Mt Kenya Safari Club

Trip Start Jan 18, 2012
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Trip End Feb 04, 2012


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Saturday, January 28, 2012

January 28, 2012 – Day 8

     

Breakfast at 6:30 AM. By 7:30 AM we are en route to the Amboseli airstrip. The Air Kenya Dash 8 arrives on time. All 19 of us fly together to Wilson Airport, Nairobi's airport for domestic flights. The flight is uneventful – the kind I like.

Our next Air Kenya flight to Nanyuki is to be in two 14 passenger Twin Otters. Three of us are asked to fly in the first aircraft. Our Tauck Director and the rest of the group follow a few minutes later in the second Otter.

On the flight we talk to two ladies in the seats behind us who are just arriving in Africa. One is 99 years old and the second is her granddaughter. It takes more than a little guts to undertake a safari at such an advanced age. As we deplaned, our new friend took my hand and said she wished we could come with them. We did too! A brave lady!

We arrive safely at Nanyuki and are picked up by vehicles from the Mt Kenya Safari Club. Our Tauck drivers are making the all day drive from Amboseli. We drive to the Safari Club where we are briefed on this amazing facility in the shadow of Mt Kenya. The Club was founded by the late actor William Holden.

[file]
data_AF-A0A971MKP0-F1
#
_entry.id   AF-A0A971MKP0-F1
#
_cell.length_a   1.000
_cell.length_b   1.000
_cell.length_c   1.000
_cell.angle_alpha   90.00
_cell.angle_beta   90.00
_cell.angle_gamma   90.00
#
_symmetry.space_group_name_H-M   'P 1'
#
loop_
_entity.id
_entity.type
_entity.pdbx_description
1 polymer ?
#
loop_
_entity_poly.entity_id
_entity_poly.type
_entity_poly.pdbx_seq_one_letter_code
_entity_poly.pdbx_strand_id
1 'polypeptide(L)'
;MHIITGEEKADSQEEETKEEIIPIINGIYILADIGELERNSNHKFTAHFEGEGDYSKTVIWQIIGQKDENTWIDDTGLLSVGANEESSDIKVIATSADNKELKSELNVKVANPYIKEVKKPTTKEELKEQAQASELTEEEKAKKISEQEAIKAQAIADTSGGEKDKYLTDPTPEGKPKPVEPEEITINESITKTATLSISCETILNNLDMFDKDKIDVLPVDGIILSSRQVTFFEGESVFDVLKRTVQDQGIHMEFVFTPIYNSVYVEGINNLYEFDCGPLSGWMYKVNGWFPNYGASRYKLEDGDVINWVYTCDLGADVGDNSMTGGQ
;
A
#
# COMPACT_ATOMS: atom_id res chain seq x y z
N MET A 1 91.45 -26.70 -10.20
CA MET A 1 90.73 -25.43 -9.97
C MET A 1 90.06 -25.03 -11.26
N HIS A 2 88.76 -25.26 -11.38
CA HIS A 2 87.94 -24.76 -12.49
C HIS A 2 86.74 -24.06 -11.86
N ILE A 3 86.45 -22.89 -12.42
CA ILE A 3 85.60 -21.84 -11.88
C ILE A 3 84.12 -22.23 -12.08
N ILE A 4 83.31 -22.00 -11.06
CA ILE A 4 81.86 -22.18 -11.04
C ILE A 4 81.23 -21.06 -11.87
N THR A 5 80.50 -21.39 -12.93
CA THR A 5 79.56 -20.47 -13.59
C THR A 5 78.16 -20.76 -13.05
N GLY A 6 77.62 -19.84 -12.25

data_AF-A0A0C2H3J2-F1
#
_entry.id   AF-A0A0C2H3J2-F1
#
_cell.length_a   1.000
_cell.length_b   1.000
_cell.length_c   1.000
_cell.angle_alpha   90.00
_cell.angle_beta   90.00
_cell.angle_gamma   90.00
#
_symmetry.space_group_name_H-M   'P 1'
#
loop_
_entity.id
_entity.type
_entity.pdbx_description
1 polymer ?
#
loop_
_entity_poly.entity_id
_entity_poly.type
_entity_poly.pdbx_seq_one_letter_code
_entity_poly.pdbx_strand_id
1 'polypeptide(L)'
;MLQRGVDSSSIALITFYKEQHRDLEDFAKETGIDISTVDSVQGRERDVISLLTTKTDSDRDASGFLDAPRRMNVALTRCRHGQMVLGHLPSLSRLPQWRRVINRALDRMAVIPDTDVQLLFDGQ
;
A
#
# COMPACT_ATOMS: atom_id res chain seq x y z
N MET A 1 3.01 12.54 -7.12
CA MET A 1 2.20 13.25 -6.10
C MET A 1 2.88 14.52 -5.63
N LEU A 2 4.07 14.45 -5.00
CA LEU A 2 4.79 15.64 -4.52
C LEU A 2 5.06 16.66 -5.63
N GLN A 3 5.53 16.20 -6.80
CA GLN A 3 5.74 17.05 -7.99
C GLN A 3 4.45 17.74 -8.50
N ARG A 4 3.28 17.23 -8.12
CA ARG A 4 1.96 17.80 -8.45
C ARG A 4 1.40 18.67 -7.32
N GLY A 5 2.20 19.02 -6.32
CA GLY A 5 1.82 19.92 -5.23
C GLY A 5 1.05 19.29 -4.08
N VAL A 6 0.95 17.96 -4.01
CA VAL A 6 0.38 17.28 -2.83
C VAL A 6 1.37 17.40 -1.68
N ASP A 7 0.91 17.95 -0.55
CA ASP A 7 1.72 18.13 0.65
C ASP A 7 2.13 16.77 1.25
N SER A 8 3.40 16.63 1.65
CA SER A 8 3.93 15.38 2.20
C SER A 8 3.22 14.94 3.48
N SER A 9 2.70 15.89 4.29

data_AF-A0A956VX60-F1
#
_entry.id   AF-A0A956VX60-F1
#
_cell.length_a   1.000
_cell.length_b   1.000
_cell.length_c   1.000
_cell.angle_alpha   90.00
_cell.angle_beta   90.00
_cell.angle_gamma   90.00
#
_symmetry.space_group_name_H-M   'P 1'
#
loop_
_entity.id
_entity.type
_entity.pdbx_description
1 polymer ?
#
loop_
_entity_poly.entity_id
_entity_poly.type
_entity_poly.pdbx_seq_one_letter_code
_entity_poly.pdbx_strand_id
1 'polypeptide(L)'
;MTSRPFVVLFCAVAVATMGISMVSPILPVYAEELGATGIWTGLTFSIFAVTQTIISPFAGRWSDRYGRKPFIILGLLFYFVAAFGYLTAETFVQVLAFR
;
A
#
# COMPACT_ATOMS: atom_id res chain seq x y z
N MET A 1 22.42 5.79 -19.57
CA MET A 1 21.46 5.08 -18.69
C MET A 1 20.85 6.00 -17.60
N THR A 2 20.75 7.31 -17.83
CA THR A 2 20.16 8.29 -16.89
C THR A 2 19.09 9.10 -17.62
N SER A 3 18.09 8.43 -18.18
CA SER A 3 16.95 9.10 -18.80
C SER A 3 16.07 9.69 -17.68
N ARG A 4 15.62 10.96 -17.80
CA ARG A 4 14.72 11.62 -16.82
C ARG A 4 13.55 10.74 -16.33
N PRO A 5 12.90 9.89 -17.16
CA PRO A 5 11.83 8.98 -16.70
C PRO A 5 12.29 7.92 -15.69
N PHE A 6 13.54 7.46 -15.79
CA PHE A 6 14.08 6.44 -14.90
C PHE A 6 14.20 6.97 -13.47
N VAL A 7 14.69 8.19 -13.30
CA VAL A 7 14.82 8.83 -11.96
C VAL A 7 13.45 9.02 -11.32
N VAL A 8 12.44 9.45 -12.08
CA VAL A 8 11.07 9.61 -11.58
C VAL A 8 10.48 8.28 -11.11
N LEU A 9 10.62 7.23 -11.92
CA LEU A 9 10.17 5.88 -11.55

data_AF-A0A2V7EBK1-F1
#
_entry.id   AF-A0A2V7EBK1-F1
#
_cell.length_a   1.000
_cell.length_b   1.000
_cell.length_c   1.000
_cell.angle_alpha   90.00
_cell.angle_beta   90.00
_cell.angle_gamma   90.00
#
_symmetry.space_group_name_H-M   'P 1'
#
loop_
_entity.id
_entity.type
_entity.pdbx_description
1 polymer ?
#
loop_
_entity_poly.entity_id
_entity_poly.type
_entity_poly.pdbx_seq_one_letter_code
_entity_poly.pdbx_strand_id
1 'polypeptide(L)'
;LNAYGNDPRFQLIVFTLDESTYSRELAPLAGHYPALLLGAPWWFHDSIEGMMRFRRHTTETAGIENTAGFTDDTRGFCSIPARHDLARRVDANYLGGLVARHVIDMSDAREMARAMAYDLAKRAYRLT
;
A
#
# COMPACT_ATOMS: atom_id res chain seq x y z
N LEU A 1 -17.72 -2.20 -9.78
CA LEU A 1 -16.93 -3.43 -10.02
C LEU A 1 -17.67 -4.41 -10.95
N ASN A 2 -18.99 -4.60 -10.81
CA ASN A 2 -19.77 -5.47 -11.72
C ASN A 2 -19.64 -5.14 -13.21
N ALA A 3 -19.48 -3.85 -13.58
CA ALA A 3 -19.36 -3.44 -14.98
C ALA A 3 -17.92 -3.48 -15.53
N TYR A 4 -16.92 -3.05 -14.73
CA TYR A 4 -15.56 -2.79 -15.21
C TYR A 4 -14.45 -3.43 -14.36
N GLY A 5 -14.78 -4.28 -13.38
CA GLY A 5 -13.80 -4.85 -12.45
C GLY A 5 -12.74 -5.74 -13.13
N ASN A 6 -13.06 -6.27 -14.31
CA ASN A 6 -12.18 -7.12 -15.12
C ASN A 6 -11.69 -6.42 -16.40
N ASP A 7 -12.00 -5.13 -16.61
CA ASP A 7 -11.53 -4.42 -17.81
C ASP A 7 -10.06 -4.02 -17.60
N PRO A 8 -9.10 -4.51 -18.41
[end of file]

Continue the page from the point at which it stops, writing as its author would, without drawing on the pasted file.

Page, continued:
The Equator runs down the center of the hotel. We participate in a ceremony to commemorate our crossing of the Equator. Our names are called. We leave our seats in the Southern Hemisphere and walk to the Equator where we are met by several traditionally attired Kikuyu ladies. These ladies dance us into the Northern Hemisphere to meet the local Kikuyu chief. He shakes our hands and presents us with an Equatorial crossing certificate. We dance back to the Southern Hemisphere. It was good fun.

Since our rooms are still being prepared, we eagerly agree to a tour of the William Holden Animal Orphanage adjacent to the Safari Club property. I was unsure what to expect but it is fantastic. These animals are the lucky ones. They are alive because of the orphanage and the caring people who nurse them back to health. Some will be released back into the wild.

Our guide lets us feed fresh spinach to a mother Bongo and her baby. Bongos are members of the antelope family that live deep in the forest. They are rarely seen. The female Bongo’s name is Elizabeth which my Elizabeth thought was very cool. We meet Wilson, a young impala, who wanders freely within the Orphanage. Wilson and Dorothy, the ostrich, eat corn kernels from our hands.

We get some great pictures of the Center’s cheetahs, pygmy hippos and Colobus monkeys. However, the star of the show is a monkey who sits on our shoulders, arms or heads while gently taking pieces of banana from us. What a thrill.

We visit Speedy Gonzales, a 400 lbs / 150 year old tortoise from the Seychelles Islands. Speedy once belonged to William Holden. He could live to be 300 years old. Our visit is a total success.

We walk back to the Safari Club for lunch where we continue to be amazed by the quality of the fruits and vegetables in East Africa. We have not had a single grainy, hot house tomato since we arrived. After lunch we have free time to wander the grounds.

Dinner tonight is in the Tusker Restaurant. OK…this is hardly safari roughing it. Debbie orders an ostrich entrée and shares it with us. Very good. It tastes like beef.
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